will have none. And based on our past research and political contacts, we are confident that
letters that only ask U.S. Senators generically to support more Asian Pacific Americans on
the bench, as you suggest, will have no real impact.
This is not idle speculation on our part. Over the past several years, NAPABA has consulted
with key players in the White House and the Senate. In fact, some of our most active
NAPABA members and friends in our judicial appointment efforts have extensive records of
service with the White House and the Senate Judiciary Committee, including several chief
counsels to Senate Judiciary Committee members who are intimately familiar with the
judicial selection process in various states nationwide. The advice we have received has been
uniformly consistent: Only specific recommendations of particular individuals who are
qualified, ready, and interested will have any impact. Generic requests will be ignored.
NAPABA’s efforts to appoint Asian Pacific Americans to the federal bench have been
successful to date—and will be even more successful in the future—precisely because our
efforts are comprehensive. In addition to identifying specific qualified candidates and
meeting with officials to propose their appointment, NAPABA also helps individuals who are
interested in serving on the bench by working with them on their applications, preparing
them for interviews with White House officials, Senators, and other screening committees,
and marshaling a coalition of supporters across the community. We have appeared at
numerous Senate confirmation hearings and been recognized repeatedly for our efforts by
relevant officials. You are welcome to contact any of the currently serving Asian Pacific
American federal judges across the country, as well as the countless U.S. Senators and their
staffs with whom we have worked to support and secure their appointments—we are
confident that you will hear precisely the same message from each of them.
* * *
If, despite our guidance, 80-20 is interested in sending a generic letter on its own, we just
want you to be aware that, based on our experience and the advice we’ve received, your letter
will likely be referred to a legislative correspondent for a token response—and will not result
in any beneficial action being taken by anyone.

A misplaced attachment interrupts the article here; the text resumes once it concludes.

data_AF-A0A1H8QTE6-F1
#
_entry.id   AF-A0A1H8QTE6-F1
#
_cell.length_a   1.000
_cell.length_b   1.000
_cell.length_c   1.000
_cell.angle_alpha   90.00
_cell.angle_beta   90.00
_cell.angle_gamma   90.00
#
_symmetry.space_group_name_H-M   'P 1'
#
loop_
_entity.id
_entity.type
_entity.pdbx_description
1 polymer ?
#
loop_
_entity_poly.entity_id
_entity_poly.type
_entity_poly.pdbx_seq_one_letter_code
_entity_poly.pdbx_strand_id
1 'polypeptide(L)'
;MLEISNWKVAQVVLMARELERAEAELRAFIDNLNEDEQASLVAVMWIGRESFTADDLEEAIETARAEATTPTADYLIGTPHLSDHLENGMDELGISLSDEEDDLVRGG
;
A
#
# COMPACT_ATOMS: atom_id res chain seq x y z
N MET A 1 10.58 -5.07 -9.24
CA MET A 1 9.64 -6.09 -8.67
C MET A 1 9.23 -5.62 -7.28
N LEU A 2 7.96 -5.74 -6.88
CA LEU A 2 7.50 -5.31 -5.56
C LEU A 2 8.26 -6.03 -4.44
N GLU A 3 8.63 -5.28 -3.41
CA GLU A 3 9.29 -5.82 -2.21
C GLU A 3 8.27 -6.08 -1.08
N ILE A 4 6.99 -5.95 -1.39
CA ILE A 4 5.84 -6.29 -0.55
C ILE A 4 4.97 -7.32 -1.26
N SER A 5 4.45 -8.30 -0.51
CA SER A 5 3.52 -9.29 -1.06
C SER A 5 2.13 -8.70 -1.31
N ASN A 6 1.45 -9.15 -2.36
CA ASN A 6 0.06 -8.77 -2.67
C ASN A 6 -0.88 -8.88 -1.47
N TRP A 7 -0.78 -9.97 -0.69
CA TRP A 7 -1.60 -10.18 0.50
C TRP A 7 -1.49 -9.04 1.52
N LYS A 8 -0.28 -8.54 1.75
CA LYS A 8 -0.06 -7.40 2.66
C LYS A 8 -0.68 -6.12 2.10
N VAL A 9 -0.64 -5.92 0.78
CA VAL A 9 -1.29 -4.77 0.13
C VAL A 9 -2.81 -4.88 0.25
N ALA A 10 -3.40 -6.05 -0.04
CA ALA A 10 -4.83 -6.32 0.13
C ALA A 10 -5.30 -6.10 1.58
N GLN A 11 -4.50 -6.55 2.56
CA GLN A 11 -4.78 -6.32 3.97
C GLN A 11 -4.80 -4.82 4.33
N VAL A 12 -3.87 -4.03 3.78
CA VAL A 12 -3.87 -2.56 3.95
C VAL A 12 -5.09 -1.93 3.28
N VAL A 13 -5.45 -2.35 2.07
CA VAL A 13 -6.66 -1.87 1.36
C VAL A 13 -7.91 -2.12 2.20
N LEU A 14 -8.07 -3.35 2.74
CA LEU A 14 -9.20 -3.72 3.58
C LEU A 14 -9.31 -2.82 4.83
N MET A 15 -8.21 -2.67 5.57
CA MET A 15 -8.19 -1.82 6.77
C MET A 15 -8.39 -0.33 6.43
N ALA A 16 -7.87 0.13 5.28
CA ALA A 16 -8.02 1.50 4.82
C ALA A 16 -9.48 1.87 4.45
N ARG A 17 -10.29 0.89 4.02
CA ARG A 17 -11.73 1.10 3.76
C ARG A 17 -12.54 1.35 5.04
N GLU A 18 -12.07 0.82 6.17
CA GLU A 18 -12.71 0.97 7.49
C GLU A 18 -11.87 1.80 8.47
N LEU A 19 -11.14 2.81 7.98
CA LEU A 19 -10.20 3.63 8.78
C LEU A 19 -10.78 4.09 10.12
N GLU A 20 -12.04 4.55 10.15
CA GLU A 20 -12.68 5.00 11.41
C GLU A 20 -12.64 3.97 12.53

Perhaps that does not matter to you. You may decide that it is enough that a generic letter
will serve 80-20’s own institutional interests alone, by giving you something to wave around
to your membership. But make no mistake: It will not further the cause you claim to
support. The numerous officials we’ve spoken with all understand the importance of the
issue. They don’t need to be reminded of it. What they need is help identifying actual
individuals who are ready for appointment.
Incidentally, it is deeply unfair—if not offensive—for anyone to suggest that NAPABA’s
efforts over the past 20 years have had little or no impact. Previous NAPABA efforts have
resulted in the appointments of A. Wallace Tashima (U.S. Court of Appeals for the Ninth
Circuit), Denny Chin (U.S. District Court for the Southern District of New York), George H.
King (U.S. District Court for the Central District of California), Anthony W. Ishii (U.S.
District Court for the Eastern District of California), Susan Oki Mollway (U.S. District Court
for the District of Hawaii), Dana Makoto Sabraw (U.S. District Court for the Southern
District of California), George H. Wu (U.S. District Court for the Central District of
California), Amul R. Thapar (U.S. District Court for the Eastern District of Kentucky), and
Kiyo A. Matsumoto (U.S. District Court for the Eastern District of New York).
In addition, NAPABA continues to identify new judicial candidates—as well as to work on
behalf of countless others who were not ultimately appointed in the past (including those who
were nominated but not ultimately confirmed by the Senate, as well as those who were not
nominated the last time around), but who we have been assured are leading candidates for the
next vacancy in their respective jurisdictions, due in large part to NAPABA’s strong support
Over the next six months, we fully anticipate that our extensive efforts will continue to bear
fruit, resulting in the nominations of Asian Pacific Americans to the federal bench. (Due to
the confidential and sensitive nature of our on-going discussions with relevant White House
and Senate officials, we unfortunately cannot comment further.) As we have stated in earlier